But I’ll get it done eventually—maybe by the end of this year?—then do a public beta, then submit it as a Hosted Game via Choice of Games. So it might be available around this time in 2022.

Here are some more photos:

This is Periwinkle Chukwu. He is owned by the excellent writer Nnedi Okorafor, who writes Africanfuturism and Africanjujuism, among other things. I’ve read her “Binti” series, which was excellent and which also let me know her tone is too dark for a delicate flower such as myself. So I mostly admire her from a distance, including being a FaceBook friend—where she frequently posts pictures of her lynx point Siamese. She has written for Marvel comics and at least one of her book series is being adapted for the screen.

Here is Periwinkle Chukwu:

And here are two Sphynx kittens:

And my own cat Zipper (aka Taylor Swift):

I shall now start attempting to contact all the reviewers to ask if it’s okay to thank them in the credits (and what name to use), and once the judging has passed I’ll copy and paste all the reviews into this thread with my comments.

Maybe with a few more pictures of kittens, to break up the wall’o’text.


Here’s the new version of Chapter One… sorta. I haven’t added to the Cheat Sheet, or list of reviewers, and I plan to make the Dad character less supportive at the start so he gets to evolve during the story. Note to self: I should make an achievement for “Won Dad Over”.

Persephone will only be a romance-able option for women and non-binary characters. Jeremy will only be romance-able for men and non-binary characters.

The Siamese won’t be allowed to mix with other breeds (because there are already 25 combinations, and because Jeremy insists).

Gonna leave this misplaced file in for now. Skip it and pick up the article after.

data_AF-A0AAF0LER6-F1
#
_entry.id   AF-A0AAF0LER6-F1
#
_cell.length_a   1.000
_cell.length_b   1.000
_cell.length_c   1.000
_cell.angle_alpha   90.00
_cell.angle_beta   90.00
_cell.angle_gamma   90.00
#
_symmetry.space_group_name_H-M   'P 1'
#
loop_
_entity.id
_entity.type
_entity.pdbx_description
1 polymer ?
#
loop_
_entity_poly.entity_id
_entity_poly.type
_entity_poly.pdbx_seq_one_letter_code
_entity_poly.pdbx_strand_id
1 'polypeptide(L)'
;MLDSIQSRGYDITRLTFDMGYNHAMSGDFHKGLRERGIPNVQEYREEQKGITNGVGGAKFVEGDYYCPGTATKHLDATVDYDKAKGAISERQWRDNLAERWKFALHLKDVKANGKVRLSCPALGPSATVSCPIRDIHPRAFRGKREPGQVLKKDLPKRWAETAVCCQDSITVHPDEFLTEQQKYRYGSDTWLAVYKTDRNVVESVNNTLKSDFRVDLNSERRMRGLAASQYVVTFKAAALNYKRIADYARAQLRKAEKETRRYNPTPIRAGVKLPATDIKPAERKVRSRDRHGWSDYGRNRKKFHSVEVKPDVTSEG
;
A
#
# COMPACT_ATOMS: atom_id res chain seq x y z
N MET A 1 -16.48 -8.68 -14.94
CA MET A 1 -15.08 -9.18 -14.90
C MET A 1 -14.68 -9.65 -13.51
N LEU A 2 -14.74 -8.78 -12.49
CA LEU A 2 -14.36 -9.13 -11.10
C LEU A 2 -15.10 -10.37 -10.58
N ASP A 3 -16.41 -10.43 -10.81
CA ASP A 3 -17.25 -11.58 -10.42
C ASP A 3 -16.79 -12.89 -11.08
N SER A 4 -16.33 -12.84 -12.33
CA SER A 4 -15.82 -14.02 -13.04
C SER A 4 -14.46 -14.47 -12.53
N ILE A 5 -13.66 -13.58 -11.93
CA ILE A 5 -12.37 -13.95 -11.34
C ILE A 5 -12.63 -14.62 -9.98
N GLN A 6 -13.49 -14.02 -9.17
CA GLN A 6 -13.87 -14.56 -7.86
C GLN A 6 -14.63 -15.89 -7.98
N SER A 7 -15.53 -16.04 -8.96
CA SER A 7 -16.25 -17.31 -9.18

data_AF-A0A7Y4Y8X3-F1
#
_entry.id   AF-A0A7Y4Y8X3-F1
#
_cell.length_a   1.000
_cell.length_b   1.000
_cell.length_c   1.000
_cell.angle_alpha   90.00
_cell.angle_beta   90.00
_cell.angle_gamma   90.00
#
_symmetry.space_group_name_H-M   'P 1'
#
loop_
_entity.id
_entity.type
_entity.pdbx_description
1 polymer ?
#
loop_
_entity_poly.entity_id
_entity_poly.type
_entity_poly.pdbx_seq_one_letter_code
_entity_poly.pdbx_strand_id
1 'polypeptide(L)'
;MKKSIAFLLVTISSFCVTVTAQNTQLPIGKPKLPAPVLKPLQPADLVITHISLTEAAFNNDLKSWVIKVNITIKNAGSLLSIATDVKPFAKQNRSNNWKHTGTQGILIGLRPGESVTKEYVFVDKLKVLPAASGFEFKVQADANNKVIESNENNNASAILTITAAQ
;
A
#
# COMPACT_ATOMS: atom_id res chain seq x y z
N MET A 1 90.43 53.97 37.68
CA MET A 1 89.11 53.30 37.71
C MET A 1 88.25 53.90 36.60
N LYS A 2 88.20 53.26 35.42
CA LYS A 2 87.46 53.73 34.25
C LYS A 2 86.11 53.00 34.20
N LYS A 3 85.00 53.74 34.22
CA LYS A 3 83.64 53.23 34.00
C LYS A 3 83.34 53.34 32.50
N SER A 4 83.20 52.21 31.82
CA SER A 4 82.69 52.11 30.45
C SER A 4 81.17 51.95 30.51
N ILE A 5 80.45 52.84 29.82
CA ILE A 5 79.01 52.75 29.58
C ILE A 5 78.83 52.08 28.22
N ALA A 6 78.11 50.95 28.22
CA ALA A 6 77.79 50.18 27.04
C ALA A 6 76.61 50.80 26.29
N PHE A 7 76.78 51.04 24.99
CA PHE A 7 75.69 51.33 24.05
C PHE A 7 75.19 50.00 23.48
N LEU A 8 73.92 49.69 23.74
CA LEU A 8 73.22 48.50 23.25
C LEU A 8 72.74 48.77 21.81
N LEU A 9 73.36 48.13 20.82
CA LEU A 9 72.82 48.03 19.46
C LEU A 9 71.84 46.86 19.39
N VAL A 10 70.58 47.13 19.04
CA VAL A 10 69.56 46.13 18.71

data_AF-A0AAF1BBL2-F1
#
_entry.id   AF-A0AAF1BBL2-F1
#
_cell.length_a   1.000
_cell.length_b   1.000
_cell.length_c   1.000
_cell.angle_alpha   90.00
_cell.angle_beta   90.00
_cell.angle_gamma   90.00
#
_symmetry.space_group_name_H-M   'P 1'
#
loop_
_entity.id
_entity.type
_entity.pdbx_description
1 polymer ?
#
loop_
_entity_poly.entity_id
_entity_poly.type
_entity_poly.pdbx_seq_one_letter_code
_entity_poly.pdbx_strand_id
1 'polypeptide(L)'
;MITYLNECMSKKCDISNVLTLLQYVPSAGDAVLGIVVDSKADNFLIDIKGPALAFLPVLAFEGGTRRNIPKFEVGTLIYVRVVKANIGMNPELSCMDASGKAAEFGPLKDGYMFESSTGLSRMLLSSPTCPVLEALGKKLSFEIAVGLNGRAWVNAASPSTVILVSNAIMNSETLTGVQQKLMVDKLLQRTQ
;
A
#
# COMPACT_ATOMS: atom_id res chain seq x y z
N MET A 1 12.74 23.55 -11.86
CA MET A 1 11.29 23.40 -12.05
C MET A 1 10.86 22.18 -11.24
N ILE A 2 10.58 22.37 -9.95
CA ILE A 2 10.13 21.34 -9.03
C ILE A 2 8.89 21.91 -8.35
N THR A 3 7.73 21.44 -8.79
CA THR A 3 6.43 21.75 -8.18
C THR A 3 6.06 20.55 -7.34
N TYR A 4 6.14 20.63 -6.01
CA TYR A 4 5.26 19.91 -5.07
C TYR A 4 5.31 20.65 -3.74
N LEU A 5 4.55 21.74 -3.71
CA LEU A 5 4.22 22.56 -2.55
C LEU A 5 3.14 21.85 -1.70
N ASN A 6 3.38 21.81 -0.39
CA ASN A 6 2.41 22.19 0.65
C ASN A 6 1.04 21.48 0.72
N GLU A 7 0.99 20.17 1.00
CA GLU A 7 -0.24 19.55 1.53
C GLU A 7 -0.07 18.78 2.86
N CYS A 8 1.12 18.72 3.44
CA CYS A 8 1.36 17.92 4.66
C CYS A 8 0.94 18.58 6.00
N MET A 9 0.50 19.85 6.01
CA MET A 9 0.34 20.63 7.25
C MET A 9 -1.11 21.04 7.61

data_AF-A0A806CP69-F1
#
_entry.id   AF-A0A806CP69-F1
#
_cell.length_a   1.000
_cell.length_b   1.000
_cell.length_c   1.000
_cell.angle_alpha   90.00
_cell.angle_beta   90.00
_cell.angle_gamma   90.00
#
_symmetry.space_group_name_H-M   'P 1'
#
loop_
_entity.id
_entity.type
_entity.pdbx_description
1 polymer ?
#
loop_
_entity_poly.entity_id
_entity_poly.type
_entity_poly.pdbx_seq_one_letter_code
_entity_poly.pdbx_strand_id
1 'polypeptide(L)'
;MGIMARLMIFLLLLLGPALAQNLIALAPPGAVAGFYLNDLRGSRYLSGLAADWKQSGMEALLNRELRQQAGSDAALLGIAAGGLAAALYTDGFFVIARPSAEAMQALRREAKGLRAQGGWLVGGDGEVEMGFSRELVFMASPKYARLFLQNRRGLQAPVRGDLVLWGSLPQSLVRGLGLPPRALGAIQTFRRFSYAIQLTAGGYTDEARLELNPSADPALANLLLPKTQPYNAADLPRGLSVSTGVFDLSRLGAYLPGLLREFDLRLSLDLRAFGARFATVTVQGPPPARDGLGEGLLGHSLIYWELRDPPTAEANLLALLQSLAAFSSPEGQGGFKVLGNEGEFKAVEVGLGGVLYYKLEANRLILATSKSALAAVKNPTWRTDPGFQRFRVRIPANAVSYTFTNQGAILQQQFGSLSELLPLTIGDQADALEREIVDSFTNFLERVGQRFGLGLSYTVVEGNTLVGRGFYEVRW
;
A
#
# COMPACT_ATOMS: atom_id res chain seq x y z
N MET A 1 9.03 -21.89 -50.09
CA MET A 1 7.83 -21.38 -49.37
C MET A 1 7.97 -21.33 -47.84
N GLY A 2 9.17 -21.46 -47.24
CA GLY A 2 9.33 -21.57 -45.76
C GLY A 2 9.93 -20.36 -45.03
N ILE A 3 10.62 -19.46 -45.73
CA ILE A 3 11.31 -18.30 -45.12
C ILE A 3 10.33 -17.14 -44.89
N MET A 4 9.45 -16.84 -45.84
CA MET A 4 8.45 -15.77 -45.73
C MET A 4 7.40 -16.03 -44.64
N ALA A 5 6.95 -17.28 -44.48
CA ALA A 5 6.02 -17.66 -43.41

This is definitely NOT something that should factor into anyone’s ratings! It’s just for the curious.

Fun Fact: Nnedi Okorafor gave me permission to use photos of her cat Periwinkle Chukwu, but on the condition that I kept his name and gender. So that’s what inspired the new options for the player character to be able to start their business with their own stud cat.


Judging is finished, so now I shall review my reviewers! Just the public ones though (unless I screw it up), so if you’re an author and you don’t mind me posting your review publicly, let me know!


Browsing thru #IFComp submissions, I knew that @FBanksBooks
game would be my first to play. A fun game: good prose with an odd combination of weighty life events and quirky (but not too fanciful) humor. And most imp, adorable photos of Fine Felines. Time well spent

This was the first in-comp feedback I received, and as you can imagine the sheer relief was like diving into a cool pool on a hot day.

One of the biggest surprises for me this year was how many people were immediately drawn to my name. I’M SO FAMOUS YOU GUYS!

Josh Grams:

A game about cat pictures! And fibromyalgia, to balance out the overdose of cuteness.

ChoiceScript, took me about half an hour to play through the first time. Clearly intended to be replayed.

Good storytelling, > lots of cute cat pictures. This is very much what it says on the tin.